The impact of intra-operative factors in otosclerosis outcomes: retrospective study in a tertiary centre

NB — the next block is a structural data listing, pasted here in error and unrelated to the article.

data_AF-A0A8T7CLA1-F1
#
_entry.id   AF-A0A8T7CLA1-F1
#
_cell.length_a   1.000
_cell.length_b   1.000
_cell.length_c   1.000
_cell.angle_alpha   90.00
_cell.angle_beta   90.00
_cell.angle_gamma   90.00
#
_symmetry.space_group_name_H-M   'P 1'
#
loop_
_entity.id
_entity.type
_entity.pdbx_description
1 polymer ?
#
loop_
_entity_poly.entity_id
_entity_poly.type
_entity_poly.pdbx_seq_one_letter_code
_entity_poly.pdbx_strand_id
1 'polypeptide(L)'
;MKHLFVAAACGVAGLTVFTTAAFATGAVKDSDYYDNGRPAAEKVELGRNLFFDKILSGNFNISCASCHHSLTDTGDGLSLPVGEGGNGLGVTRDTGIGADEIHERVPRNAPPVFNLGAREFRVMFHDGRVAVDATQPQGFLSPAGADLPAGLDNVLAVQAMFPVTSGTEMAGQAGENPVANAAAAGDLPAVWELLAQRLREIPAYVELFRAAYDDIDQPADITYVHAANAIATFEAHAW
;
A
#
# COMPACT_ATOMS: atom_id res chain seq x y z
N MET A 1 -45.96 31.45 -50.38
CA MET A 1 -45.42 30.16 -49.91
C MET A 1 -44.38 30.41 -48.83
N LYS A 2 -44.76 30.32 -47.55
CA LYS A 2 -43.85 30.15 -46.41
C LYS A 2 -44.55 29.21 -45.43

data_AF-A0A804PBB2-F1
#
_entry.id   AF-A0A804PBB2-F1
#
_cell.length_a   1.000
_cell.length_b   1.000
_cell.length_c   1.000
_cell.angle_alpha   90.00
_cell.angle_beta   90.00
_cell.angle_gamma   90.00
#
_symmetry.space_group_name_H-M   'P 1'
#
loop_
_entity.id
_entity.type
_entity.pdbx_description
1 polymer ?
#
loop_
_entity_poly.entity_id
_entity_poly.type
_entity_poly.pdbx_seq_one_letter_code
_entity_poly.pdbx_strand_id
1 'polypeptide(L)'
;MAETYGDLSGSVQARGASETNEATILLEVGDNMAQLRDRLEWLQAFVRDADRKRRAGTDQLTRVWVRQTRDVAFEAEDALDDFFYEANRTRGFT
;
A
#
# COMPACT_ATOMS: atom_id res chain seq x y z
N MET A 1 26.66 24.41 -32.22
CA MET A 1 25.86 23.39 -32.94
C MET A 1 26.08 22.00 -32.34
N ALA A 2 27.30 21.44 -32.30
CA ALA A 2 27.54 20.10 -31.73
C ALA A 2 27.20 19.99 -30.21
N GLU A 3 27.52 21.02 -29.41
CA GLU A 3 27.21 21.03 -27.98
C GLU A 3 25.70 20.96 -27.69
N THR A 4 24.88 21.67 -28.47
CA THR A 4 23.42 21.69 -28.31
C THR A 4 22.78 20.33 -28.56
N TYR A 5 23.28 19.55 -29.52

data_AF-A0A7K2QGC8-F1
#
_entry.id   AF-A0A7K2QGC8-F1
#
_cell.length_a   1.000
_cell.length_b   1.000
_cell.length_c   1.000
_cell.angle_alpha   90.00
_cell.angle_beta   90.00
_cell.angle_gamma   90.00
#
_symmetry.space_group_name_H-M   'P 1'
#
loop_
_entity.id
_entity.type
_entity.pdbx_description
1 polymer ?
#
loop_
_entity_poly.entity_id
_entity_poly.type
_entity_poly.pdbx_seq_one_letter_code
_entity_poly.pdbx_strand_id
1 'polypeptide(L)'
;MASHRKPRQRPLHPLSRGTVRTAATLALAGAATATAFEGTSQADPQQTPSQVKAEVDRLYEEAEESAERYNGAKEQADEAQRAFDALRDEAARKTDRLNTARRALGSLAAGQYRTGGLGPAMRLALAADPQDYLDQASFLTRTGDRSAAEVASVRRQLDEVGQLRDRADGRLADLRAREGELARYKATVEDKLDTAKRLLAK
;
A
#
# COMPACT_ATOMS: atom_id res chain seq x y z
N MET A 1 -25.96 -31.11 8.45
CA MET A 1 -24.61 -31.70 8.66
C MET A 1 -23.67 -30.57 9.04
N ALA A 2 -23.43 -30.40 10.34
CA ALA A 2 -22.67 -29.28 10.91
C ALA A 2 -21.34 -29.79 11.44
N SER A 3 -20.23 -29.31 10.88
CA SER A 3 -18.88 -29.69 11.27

The aim of the study was to assess results from a large cohort of patients undergoing otosclerosis surgery with respect to the impact of intra-operative variables on post-operative hearing function and complications. We enrolled 384 patients affected by otosclerosis who were subjected to stapes surgery between 2004 and 2013 at a single institution. Surgery was performed in all cases under local anaesthesia, using a manual perforator and/or microdrill. Teflon-piston prosthesis was used in all patients. Audiological data obtained preoperatively and at last follow up examination (minimum 12 months) were compared. Statistical analysis was performed using the multiple regression model. Peripheral rim otosclerosis and diffuse otosclerosis were associated with better functional results compared to the obliterative pattern (p < 0.05). Mean postoperative Air-Bone Gap was significantly higher in the 0.4 mm, compared to 0.6 mm piston group at 0.5 kHz (p < 0.001) and 1 kHz (p < 0.02); in the stapedotomy group a statistically significant difference was found between 0.4 and 0.6 mm piston groups, in favour of the latter p < 0.05). No differences were encountered in terms of average hearing threshold and complications. Intra-operative variables cannot be fully predictable and our data could help in stratification of the results and as a landmark for the surgeon’s decisions.